Hedgerow

IMG_2237We drove down to Cornwall on the Bank Holiday weekend… I really enjoy this drive as its mostly off the motorway and across country… and, as I am not driving, I get to look and take in the scenery.IMG_2236

I took some photos of the hedgerow on our lane as we left. The end of May is the ultimate time for hedgerows, especially in Cow Parsley covered Somerset. Cow Parsley seems to have come back into vogue, maybe it’s the native wild plants being used alongside other perennials in a naturalistic style by Chelsea designers. (This year Cleve West’s garden and Catherine MacDonald’s garden were almost evocations of hedgerows)….

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Cleve West’s garden at Cheslea 2016.

Or, maybe it’s just a zeitgeist thing?…Or maybe we all want to put the wild back into our gardens? I hope so; because that is definitely the way I want to go.IMG_2231

I love Cow Parsley, I love the froth and the dancing filigree nature and as soon as I see it I feel a primal joy about the coming of spring. It is instantly recognizable and it assimilates really well with most grasses and cottage garden favorites.

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Woodland border, May 2016.

I have sown it in my mini meadow outside the potting shed and in the woodland by the house….If it gets too vigorous I pull it out, if it’s in the wrong place I don’t let it seed, it’s a bit like managing chaos, but, because its tap rooted it’s a really easy ‘weed’ to manage… My biggest problem is distinguishing it from the extremely poisonous Hemlock (which is a problem weed – but still beautiful all the same).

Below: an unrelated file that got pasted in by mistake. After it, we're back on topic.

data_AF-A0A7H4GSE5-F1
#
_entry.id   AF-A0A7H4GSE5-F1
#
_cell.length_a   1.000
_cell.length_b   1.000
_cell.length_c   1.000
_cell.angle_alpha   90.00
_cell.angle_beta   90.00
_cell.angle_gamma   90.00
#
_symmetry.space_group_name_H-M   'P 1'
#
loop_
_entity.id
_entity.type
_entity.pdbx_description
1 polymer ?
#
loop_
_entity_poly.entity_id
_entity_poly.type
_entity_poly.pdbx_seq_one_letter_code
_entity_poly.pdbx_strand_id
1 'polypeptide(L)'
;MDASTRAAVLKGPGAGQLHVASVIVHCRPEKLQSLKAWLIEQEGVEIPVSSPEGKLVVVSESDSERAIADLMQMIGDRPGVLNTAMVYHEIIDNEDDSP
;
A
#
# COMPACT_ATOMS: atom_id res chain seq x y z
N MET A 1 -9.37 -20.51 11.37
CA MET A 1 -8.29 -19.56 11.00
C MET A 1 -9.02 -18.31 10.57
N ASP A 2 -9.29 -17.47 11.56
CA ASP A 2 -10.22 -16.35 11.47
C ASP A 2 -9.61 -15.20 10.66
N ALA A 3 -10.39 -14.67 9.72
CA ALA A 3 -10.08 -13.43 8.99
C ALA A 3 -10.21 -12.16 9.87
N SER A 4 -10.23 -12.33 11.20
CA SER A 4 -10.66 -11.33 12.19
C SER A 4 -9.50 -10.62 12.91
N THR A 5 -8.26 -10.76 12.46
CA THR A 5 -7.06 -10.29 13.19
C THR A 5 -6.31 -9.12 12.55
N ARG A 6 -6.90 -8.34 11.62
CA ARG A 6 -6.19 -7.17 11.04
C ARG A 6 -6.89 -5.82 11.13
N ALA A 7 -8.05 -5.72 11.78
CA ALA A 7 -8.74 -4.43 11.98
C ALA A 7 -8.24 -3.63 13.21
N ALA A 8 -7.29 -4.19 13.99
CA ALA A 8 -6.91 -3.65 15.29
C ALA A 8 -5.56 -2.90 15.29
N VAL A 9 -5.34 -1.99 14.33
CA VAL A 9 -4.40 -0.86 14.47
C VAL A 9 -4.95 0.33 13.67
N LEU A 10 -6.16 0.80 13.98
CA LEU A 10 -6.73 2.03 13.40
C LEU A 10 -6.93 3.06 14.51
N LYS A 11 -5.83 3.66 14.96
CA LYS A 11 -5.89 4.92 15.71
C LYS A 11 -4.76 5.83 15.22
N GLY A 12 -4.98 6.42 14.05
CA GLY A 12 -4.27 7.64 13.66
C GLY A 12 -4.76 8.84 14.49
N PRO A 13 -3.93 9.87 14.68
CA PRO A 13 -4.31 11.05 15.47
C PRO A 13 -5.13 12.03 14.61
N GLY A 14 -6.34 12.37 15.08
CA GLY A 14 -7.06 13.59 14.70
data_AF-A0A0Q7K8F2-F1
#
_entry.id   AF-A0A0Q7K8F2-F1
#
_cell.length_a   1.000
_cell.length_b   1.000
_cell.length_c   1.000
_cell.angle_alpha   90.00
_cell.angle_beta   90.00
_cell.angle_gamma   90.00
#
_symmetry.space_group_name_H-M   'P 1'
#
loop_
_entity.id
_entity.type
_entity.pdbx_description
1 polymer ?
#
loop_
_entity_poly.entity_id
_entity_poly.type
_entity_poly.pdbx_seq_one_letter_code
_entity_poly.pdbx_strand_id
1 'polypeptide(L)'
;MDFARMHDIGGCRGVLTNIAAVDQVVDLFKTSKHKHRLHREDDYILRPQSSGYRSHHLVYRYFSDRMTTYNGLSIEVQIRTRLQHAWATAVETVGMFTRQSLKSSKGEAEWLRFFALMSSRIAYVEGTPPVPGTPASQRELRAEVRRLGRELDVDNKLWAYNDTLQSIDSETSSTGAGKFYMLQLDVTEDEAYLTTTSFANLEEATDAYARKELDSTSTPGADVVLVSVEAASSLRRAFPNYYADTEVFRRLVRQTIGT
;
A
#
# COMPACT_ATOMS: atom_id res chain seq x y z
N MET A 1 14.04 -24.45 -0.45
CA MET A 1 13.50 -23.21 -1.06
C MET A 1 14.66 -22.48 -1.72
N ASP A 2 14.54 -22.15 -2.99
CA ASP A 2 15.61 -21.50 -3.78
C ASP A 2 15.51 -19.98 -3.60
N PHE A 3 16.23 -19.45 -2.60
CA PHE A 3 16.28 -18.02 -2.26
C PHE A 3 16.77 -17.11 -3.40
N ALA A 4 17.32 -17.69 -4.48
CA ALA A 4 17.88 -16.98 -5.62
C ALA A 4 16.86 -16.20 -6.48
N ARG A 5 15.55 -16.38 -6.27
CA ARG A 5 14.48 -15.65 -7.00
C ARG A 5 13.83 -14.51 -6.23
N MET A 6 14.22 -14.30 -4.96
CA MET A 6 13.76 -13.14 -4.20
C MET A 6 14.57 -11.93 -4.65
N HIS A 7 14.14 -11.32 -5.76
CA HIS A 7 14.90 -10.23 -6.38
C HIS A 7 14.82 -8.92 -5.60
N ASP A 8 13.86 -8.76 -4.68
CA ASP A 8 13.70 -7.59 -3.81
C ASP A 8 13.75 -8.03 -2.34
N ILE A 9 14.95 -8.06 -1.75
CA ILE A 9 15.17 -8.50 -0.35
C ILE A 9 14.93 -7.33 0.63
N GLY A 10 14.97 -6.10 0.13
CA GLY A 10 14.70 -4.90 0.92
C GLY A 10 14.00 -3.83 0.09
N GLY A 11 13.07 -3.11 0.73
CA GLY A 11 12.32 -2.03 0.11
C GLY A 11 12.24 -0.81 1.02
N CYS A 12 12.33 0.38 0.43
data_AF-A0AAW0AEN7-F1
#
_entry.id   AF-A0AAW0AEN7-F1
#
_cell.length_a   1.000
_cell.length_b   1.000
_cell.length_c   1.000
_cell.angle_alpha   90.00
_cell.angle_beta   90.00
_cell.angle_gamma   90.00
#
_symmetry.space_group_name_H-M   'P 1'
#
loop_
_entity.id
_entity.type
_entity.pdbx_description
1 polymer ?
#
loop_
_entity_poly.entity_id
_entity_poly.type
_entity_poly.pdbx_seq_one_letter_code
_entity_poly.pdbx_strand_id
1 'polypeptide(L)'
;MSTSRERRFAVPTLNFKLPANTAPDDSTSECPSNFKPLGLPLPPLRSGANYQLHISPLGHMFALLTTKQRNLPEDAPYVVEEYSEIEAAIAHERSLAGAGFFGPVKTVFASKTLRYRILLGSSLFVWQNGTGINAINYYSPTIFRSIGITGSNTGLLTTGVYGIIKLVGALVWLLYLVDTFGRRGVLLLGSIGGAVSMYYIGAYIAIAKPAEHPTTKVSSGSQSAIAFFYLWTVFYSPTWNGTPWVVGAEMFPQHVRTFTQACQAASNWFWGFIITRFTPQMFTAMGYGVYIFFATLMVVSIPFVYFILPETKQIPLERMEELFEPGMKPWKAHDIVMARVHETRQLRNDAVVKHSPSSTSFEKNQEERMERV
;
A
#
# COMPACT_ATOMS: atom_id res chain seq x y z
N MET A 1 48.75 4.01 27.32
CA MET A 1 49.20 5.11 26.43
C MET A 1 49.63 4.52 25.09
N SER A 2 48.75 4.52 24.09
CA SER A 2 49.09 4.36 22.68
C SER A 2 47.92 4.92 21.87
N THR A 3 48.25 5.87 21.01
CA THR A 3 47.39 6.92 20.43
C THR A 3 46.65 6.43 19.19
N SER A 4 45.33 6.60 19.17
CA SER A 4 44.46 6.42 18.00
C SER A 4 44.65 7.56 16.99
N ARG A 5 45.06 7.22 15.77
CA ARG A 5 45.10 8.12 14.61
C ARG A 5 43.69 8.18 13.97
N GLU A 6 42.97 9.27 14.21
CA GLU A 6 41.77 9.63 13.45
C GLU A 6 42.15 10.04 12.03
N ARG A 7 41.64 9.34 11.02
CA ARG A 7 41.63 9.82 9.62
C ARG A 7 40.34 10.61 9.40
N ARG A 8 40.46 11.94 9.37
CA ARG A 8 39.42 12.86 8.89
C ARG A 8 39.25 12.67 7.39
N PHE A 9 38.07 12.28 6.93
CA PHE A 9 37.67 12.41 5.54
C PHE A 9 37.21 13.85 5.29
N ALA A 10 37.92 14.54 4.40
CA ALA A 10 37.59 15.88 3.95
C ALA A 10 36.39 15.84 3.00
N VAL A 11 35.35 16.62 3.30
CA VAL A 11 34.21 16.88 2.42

During the drive the hedgerows change from a sea of Cow Parsley and Pink Campion backed by Hawthorn to oxeye daisies, foxgloves, ferns and sorrel, eventually turning into banks of Bluebell, Foxglove, Campion, Sorrel, Ferns, and Bracken. These “banks” are old, stonewalls filled with rubble and the local acidic clay soil: the ultimate “living wall”.

The reason I love gardening is because it feels to me to be a direct contact with the natural world. In my garden I want to make plant communities that look and function sympathetically with how they evolved in nature. So that they don’t just look naturalistic, but, they are better adapted to their site, richly layered, and resilient.

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Fowey, Cornwall, May 2016.

So, on a patch of land by the house densely shaded by a laurel hedge, a conifer and deciduous trees, I have begun to plant out and seed what I hope will become a “hedgerow-like” planting. On a steep bank that used to hold the canal steps I have sown Foxgloves, Wood anemones, Snowdrops, and some Ferns… adding to the Harts tongue and Pulmonaria that were already there.

The rest of the planting is a mix of ferns, architectural foliage, ground cover, and a lot of dynamic frothy umbelifers and white rosebay willow herb that will hopefully take off in late spring and summer.

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Woodland Border, a hedgerow in progress, May 2016.

 

If you are interested this is the list….Woodland border

I have deliberately mixed “wild flowers” with garden species that can hold their own. I have also let some of the Oxeye daisies and Campion and Wood avens seed about, hopefully, in a few years there will be no bare soil just a patch of”cultivated hedgerow” (if there is such a thing).

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